05 April 2010

Fourth Day

Jesus changed everything.

And the fourth day was the first day in that change.

When I was in high school, and then later in college, I was a part of a ministry geared towards youths.  This ministry put on events that would last one weekend.  I volunteered for several of them, and always had awesome experiences.

The weekend retreats were modeled loosely on the Passion of Christ.  On Friday, we would have discussions and talks on what it meant to live like Christ, to "take up our crosses".  Saturday we explored what it meant that we are sinners, and what Christ did for us on the cross.  Sunday was a special day.  We usually took part in the worship service of whatever church hosted us, with singing and fellowship afterwards.  It was always a day full of celebration and fun.

One of the talks always given was the "Fourth Day Talk".  Since the retreats were always three days, and during those three days you were surrounded for the most part with fellow believers, something always to be considered (especially for youths going back to school on Monday) was what we were to do with the day after.

We have just had this important, perhaps even life-changing event, and now we were going back into the "real world".

But the Fourth Day concept is larger than just a day:  it is the rest of our lives.  We all find ourselves in some sort of fourth day situation.  Whether it's a weekend youth retreat, or reading a book, or some other revelation, or perhaps a season of suffering and doubt that has now come to an end, we are different people than we were before the experience.  Something has happened, something has changed, and we know that we will never be the same.

The Fourth Day is filled with despair and questions:  We are walking down the road, and the weight of the experience sits heavy on us.  Who will we be?  What will happen now? (Luke 24, 13-35)

The Fourth Day is filled with hope: We have found and empty tomb where death was just yesterday. (John 20, 1-9)

The Fourth Day is filled with rejoicing: Our crucified rabbi has appeared to us and eaten with us!(Luke 24, 36-49)

So on this, the day after Easter, the Fourth Day and for the rest of your life, know that the hope you feel is real despite the despair.  That your rejoicing is not in vain, no matter what fears and questions you have.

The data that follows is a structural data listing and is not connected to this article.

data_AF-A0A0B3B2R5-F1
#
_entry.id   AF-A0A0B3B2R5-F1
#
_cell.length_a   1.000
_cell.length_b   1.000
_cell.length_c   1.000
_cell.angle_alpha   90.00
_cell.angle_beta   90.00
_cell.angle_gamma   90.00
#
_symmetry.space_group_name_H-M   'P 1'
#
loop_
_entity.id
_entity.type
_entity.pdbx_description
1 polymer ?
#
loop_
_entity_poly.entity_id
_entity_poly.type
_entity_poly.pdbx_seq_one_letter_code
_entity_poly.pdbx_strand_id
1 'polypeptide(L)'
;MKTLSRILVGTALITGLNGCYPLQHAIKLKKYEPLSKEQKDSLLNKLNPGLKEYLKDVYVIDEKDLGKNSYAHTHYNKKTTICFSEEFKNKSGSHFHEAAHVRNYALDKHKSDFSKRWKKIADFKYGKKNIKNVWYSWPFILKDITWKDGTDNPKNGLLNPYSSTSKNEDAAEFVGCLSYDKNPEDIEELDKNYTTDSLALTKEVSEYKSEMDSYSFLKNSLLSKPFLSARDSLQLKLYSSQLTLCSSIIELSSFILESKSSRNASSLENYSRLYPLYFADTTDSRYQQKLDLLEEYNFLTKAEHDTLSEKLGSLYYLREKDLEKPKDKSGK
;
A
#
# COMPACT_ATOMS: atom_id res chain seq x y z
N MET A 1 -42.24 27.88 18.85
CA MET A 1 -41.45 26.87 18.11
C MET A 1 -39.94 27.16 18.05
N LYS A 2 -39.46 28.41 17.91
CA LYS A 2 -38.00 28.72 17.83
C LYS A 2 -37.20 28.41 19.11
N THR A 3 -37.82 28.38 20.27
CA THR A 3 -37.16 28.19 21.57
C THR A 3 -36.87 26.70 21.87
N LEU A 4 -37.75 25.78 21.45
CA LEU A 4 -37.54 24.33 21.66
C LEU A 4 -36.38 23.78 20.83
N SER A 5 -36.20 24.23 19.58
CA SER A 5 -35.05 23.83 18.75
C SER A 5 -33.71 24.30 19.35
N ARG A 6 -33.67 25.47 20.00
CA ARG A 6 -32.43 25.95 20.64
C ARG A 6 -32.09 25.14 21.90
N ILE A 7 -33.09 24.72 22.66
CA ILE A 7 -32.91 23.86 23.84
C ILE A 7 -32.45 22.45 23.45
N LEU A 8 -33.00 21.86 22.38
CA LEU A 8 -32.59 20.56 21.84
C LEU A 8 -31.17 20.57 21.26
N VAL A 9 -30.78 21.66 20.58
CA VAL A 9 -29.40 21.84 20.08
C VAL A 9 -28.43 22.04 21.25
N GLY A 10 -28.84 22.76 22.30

Therefore go and make disciples of all nations, baptizing them in the name of the Father and of the Son and of the Holy Spirit, and teaching them to obey everything I have commanded you. And surely I am with you always, to the very end of the age." Matthew 28, 19-20 (emphasis mine)
He is Risen!



CeridianMN said...

I just had to come on and let you know I really enjoyed this one. As Christians we often love to tell people about God, get them to realize they need Jesus for salvation, and then lead them in the prayer. After that we move on to the next person. The idea of the 4th day as you present it is a vital ingredient for continued sucess and change in the lives of all Christians. As much as we all need support beyond "the weekend" new belivers tend to need it more to prevent backsliding.

The Wingnut said...


Thanks for dropping by again! I appreciate the dialogue.

You're right in that the approach we often use focuses on numbers rather than relationships, when relationships are I believe what Jesus had in mind.

The 4th day idea does promote these relationships, as we all can come together and walk as friends and neighbors, brothers and sisters.

I think it also fits well with the "Cosmic Christ" idea. When Christ died and rose again, something big happened. The effects of His resurrection are universal in scope, meaning that, I believe, the very fabric of the universe has changed in a fundamental way, bringing the entire Cosmos back into relationship with God

It's awesome!


Anonymous said...

Great post! Thanks so much for stopping by my blog. Hope you and your family had a great Easter. Blessings in Him,


Thorns and Myrtles